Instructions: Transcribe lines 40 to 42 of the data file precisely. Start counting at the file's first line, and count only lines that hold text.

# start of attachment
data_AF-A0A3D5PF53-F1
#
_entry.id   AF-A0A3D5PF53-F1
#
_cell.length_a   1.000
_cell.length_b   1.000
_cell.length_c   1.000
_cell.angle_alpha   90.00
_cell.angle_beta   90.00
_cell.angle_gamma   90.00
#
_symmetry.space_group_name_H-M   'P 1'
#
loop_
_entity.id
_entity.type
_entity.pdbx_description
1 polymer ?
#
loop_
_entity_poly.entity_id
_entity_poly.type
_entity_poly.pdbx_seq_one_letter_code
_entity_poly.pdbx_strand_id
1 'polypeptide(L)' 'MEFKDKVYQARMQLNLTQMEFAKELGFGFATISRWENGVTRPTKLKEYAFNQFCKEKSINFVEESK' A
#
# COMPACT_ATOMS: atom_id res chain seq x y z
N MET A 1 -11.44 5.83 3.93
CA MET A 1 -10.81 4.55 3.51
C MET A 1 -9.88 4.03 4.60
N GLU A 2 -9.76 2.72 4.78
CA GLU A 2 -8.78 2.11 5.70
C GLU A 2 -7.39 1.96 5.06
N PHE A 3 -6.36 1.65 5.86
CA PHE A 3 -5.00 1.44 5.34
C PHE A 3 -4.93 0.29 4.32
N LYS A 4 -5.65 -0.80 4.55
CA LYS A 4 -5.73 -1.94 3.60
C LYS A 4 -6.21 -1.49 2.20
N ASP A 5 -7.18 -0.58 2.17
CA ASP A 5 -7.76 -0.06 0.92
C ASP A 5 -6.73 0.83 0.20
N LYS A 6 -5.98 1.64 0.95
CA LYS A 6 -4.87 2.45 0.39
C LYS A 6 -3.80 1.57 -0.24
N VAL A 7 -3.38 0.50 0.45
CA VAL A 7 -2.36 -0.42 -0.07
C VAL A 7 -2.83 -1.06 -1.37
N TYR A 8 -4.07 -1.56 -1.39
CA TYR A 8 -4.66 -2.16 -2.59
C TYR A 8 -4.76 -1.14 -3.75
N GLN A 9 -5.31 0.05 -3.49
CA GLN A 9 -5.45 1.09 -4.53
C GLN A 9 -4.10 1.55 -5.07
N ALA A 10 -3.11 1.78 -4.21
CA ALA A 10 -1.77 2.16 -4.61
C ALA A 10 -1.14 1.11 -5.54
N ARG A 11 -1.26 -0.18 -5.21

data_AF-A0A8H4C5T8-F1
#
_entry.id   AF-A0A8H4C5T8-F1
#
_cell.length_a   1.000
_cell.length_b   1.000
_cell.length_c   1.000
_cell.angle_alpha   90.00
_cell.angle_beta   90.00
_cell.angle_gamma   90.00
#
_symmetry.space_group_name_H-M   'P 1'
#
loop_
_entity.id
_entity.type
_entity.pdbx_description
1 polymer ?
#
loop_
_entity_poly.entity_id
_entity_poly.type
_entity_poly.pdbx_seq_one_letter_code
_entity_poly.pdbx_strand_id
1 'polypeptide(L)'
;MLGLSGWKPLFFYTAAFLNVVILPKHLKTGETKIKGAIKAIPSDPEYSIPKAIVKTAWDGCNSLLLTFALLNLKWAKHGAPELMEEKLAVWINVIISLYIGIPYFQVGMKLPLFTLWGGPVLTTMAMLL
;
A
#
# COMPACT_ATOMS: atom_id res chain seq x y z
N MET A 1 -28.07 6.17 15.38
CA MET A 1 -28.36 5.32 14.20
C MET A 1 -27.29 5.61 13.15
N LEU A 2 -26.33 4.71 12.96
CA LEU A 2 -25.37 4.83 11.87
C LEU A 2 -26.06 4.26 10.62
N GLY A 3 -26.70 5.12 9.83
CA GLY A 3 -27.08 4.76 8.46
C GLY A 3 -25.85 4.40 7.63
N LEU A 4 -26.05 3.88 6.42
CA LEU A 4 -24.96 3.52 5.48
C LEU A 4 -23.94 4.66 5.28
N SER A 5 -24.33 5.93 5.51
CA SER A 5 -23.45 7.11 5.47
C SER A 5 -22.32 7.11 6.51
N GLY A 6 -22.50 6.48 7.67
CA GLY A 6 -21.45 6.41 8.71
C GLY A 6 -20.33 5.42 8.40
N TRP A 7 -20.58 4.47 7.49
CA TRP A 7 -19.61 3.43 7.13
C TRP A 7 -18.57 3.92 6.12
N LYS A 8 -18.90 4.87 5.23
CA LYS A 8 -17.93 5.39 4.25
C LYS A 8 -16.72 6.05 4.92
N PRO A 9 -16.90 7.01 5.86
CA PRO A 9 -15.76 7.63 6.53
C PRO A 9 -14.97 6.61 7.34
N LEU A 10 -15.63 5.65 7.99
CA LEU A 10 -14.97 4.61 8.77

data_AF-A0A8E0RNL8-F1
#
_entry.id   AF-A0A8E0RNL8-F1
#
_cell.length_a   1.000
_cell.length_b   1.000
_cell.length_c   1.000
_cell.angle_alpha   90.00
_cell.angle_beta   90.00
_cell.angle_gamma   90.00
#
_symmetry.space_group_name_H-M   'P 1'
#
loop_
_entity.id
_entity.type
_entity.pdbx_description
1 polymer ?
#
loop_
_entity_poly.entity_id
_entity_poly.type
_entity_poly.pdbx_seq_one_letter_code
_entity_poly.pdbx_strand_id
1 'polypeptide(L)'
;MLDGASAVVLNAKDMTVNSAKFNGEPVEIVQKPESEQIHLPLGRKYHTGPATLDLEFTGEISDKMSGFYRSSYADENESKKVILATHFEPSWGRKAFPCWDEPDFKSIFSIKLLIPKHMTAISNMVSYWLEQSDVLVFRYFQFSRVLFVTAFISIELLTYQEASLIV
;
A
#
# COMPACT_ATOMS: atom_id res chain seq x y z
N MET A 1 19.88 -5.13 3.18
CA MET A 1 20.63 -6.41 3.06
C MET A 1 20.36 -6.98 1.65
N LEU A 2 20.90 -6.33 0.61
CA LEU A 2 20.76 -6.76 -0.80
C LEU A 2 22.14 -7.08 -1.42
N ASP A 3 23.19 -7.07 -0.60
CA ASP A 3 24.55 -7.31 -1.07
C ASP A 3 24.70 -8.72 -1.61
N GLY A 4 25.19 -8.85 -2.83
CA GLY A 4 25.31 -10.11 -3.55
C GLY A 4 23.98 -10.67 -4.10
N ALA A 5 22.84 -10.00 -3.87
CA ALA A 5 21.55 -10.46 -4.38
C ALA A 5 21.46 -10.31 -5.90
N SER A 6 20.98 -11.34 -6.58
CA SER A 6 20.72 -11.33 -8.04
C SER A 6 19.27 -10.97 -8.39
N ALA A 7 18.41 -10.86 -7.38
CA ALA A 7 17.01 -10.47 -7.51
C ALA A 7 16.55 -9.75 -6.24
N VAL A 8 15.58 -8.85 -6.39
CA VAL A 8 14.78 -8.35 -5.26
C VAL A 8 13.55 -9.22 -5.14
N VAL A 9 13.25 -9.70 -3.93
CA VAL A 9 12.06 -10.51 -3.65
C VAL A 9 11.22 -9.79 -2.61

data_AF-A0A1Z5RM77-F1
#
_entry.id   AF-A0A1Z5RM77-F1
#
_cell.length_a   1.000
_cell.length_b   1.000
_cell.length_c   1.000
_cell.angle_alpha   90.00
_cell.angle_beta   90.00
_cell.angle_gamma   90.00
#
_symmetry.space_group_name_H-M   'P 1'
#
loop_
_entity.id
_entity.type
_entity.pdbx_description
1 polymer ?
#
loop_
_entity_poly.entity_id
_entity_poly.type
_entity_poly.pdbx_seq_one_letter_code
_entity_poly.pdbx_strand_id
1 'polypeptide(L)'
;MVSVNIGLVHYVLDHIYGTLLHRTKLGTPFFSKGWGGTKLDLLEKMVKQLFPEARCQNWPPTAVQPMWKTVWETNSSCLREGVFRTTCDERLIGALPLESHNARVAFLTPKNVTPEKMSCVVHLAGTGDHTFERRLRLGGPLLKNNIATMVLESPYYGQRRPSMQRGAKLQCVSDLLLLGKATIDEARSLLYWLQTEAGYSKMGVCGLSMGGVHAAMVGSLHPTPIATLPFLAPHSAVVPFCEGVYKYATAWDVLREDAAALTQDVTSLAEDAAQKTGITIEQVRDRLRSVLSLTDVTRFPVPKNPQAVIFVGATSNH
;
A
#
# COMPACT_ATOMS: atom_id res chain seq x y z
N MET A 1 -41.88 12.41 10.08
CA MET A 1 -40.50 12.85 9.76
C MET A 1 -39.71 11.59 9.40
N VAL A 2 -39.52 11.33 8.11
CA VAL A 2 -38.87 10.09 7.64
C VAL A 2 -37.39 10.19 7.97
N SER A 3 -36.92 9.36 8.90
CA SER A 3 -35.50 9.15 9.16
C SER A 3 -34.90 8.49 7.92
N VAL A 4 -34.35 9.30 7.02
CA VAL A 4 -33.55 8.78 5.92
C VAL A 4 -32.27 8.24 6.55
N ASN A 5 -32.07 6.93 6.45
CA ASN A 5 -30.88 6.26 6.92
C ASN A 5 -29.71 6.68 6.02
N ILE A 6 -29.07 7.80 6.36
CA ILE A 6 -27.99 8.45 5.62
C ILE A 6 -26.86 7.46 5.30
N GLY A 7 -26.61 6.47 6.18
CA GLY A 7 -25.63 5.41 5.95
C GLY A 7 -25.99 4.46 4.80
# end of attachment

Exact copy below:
N ASP A 5 -7.18 -0.58 2.17
CA ASP A 5 -7.76 -0.06 0.92
C ASP A 5 -6.73 0.83 0.20